Phone-free Nokia under pressure to boost network sales

 A view shows the headquarters of Nokia Solutions and Networks (NSN) in Espoo on Oct 29, 2013. Nokia is expected to show a steep fall in network equipment sales in its results this week, highlighting the challenge facing management after se
 A view shows the headquarters of Nokia Solutions and Networks (NSN) in Espoo on Oct 29, 2013. Nokia is expected to show a steep fall in network equipment sales in its results this week, highlighting the challenge facing management after selling its once mighty handset division to Microsoft for 5.4 billion euros (S$8.6 billion). -- FILE PHOTO: REUTERS

HELSINKI (REUTERS) - Nokia is expected to show a steep fall in network equipment sales in its results this week, highlighting the challenge facing management after selling its once mighty handset division to Microsoft for 5.4 billion euros (S$8.6 billion).

Improved profitability at Nokia Solutions and Networks (NSN) due to cost cutting have helped cushioned the company's declining handset business in recent quarters.

But with major projects in South Korea and Japan coming to an end, the NSN business, the bulk of Nokia's entire business after the handsets sale, is expected to report a 19 per cent fall in fourth-quarter sales to 3.2 billion euros and a 17 per cent fall for the whole of 2013 to 11.4 billion euros. Results are due on Thursday.

The decline for NSN would follow a 26 per cent fall in third-quarter sales and come as scale has become increasingly crucial to competing against the industry leader for wireless networks, Ericsson, and China's Huawei, particularly due to high research and development costs.

NSN's chief Rajeev Suri, in an interview with Reuters in November, confirmed the company was now prioritising revenue growth even if it meant a trade-off in profit.

Analysts said NSN must demonstrate that shift in coming quarters, and that markets will accept a dip in margins as long as they do not fall too far below 8 per cent to 10 per cent.

NSN's fourth-quarter adjusted operating margin is still likely to be high. The company forecast it will be around 12 per cent, plus or minus 4 percentage points, compared with 8 per cent in the third quarter.

That is higher than most rivals such as Ericsson, which reported an 8 per cent operating margin last quarter as NSN's restructuring programme launched in late 2011 cut a quarter of its workforce and took the business out of low-margin projects.

"It is possible that we won't be seeing such high margins this year, but I'd rather see them starting to grow again," said Inderes Equity Research analyst Mikael Rautanen.

Nordea Markets analyst Sami Sarkamies said Nokia's challenge will be to find new businesses to make up for a decline in sales in Asia, where a year ago it was busy building out high-speed wireless broadband networks. Asia, including Greater China, accounted for around 41 per cent of NSN's 2.59 billion sales in the third quarter.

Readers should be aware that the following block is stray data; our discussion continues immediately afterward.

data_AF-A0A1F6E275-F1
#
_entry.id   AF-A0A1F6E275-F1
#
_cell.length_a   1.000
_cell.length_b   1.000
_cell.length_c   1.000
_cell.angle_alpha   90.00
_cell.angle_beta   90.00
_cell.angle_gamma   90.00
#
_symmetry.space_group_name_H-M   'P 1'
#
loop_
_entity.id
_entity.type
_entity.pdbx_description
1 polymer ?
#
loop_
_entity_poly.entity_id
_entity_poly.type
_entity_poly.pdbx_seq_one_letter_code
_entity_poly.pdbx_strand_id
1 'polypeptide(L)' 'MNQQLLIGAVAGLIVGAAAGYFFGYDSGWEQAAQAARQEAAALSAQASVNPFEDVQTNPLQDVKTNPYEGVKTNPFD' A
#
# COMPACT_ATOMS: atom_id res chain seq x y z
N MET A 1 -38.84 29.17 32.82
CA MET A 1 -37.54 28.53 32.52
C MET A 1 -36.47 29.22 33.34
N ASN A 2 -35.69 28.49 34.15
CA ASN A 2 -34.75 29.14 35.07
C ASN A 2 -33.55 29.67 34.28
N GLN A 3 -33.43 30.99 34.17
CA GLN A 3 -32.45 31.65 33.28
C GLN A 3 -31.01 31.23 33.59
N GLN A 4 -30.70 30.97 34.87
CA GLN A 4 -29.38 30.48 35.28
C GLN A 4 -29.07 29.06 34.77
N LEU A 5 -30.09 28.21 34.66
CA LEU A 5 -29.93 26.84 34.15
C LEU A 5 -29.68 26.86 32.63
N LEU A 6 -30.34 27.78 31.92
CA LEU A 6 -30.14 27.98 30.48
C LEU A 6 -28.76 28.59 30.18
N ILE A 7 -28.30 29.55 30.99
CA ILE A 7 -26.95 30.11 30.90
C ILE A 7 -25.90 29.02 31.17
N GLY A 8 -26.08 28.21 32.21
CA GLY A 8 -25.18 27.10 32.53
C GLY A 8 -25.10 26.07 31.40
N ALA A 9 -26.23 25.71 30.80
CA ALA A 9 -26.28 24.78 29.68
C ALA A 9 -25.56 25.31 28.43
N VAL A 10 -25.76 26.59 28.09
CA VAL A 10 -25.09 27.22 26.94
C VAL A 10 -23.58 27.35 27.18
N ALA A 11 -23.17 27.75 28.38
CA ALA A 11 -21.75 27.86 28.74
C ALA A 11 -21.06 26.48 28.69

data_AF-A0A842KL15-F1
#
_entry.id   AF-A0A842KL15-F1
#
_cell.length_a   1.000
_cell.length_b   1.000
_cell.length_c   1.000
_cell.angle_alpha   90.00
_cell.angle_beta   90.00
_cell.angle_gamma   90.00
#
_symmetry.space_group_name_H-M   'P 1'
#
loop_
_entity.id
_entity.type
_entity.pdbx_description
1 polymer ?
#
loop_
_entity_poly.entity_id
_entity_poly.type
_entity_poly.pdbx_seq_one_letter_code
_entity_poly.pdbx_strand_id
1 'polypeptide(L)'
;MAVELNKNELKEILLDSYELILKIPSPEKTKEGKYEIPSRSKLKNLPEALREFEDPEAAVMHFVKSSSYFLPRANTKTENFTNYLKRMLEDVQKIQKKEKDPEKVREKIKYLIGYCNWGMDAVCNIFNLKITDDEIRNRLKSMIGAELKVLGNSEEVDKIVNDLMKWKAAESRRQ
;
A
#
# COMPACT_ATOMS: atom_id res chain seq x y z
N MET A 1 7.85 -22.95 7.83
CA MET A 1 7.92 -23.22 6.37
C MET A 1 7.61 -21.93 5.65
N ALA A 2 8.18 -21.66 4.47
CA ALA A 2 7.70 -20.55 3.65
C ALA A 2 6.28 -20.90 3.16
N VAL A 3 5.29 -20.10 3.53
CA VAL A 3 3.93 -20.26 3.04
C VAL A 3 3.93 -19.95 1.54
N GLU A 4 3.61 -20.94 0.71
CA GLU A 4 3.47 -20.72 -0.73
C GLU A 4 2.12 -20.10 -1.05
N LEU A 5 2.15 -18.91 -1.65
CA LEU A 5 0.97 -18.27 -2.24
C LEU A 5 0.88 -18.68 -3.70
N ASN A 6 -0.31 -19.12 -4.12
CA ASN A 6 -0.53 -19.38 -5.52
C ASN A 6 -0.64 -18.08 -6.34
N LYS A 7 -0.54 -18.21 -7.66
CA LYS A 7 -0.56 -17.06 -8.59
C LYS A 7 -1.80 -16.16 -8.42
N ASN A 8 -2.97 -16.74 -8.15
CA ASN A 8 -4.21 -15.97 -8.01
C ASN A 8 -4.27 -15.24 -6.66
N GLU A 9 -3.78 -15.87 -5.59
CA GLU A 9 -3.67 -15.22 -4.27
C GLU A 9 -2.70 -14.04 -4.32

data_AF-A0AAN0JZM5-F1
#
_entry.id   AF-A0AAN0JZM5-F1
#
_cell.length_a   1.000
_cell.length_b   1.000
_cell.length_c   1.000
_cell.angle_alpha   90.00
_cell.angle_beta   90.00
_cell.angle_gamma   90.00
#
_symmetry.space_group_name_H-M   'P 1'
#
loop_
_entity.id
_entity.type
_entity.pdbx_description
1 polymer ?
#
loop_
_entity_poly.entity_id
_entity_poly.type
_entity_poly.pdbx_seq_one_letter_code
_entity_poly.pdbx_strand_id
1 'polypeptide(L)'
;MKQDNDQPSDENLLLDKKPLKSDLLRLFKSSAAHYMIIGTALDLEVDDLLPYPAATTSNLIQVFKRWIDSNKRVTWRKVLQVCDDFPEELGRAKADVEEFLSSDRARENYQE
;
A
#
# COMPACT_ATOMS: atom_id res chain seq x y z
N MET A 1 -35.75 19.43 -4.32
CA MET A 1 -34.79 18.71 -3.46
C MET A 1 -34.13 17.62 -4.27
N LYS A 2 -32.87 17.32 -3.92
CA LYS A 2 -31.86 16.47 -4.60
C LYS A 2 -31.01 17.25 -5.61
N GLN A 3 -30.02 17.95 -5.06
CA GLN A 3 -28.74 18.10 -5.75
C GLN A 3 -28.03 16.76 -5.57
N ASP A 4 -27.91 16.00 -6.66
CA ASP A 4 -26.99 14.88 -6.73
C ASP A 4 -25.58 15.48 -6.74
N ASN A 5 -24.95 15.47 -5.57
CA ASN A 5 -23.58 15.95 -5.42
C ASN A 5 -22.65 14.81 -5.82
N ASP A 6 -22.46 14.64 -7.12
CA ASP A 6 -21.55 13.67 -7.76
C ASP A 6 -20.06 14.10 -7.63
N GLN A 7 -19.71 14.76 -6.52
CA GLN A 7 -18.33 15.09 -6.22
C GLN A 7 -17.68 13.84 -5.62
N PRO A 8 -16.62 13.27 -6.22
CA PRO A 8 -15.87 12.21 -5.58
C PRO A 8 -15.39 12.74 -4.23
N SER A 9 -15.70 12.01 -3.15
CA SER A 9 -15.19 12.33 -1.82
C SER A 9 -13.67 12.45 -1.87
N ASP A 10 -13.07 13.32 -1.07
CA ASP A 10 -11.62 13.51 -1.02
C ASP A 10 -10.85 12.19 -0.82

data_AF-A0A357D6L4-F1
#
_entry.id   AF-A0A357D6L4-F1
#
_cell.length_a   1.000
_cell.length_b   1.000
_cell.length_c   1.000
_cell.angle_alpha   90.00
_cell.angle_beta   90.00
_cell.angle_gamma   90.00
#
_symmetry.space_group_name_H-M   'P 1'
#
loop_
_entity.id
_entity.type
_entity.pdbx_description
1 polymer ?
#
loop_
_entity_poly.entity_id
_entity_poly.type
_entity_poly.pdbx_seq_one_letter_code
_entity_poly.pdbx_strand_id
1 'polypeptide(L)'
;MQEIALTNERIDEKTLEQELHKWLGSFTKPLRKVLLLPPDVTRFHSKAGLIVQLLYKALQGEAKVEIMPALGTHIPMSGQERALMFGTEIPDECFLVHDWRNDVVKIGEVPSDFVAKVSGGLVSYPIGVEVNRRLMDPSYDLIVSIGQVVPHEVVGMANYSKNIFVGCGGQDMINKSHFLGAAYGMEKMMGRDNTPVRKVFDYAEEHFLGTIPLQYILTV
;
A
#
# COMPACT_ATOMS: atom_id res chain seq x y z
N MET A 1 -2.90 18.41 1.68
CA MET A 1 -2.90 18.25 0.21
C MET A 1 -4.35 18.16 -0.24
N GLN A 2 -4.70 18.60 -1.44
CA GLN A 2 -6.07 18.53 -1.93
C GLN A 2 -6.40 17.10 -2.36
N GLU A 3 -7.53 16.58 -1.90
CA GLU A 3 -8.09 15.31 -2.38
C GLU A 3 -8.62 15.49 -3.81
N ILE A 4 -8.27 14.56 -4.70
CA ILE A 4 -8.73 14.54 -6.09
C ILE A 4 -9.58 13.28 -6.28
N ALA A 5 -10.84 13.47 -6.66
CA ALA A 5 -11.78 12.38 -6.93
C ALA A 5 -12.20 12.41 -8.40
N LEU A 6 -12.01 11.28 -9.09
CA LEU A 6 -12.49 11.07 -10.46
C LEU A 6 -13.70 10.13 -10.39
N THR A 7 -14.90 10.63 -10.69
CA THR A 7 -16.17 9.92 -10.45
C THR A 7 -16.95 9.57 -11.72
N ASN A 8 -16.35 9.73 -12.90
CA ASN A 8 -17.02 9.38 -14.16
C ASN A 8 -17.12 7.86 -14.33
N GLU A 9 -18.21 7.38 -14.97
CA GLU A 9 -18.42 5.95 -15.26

That will not be easy. While telecoms operators are expected to spend more on network equipment in 2014 due to strong demand for high-speed 4G mobile broadband technology, competition is set to remain fierce.

MANAGING WITHOUT PHONES

Analysts expect Nokia's results this week to also show a fall in its handset shipments. Quarterly smartphone shipments are expected to have risen 53 per cent from a year earlier to 10.7 million while still lagging behind market leaders Samsung and Apple.

But results from the handset business, where revenues last year were estimated to have fallen by 26 per cent to 11.6 billion euros, will be counted as discontinued operations, with the Microsoft deal expected to close shortly, pending regulatory approvals in China.

That leaves Nokia investors to focus on how Nokia will operate the rump business and how much of the sale proceeds will be reinvested or paid out to shareholders. Company sources said last week that the board was still finalising details of Nokia's new structure and leadership.

NSN's Suri is widely seen as a leading contender for the chief executive role, with investors happy with his track record of having turned NSN around.

Some sources familiar with recent talks, however, said Nokia's chief financial officer (CFO) and interim president Timo Ihamuotila is also a top candidate, favoured by those who see a future in Nokia's HERE navigation software and its store of technology patents.

Those businesses will account for just 10 per cent of the new company's sales, with the rest coming from NSN, but some believe they could be used to help turn Nokia into a patent powerhouse or develop wireless services of the future.

As CFO, Mr Ihamuotila has gained experience in mergers and acquisitions, which could prove useful if Nokia decides to sell parts of the remaining business such as HERE.

ALCATEL LUCENT

Analysts, however, see the most likely deal for Nokia as a tie-up with struggling rival Alcatel Lucent. Mr Suri played down the likelihood of such a deal in November, but analysts say it could help NSN compete more effectively against Ericsson as well as Chinese rivals Huawei and ZTE.

"Nokia clearly would have a great opportunity to improve NSN's position with the acquisition of Alcatel-Lucent's wireless division," Bernstein analyst Pierre Ferragu said in a research note.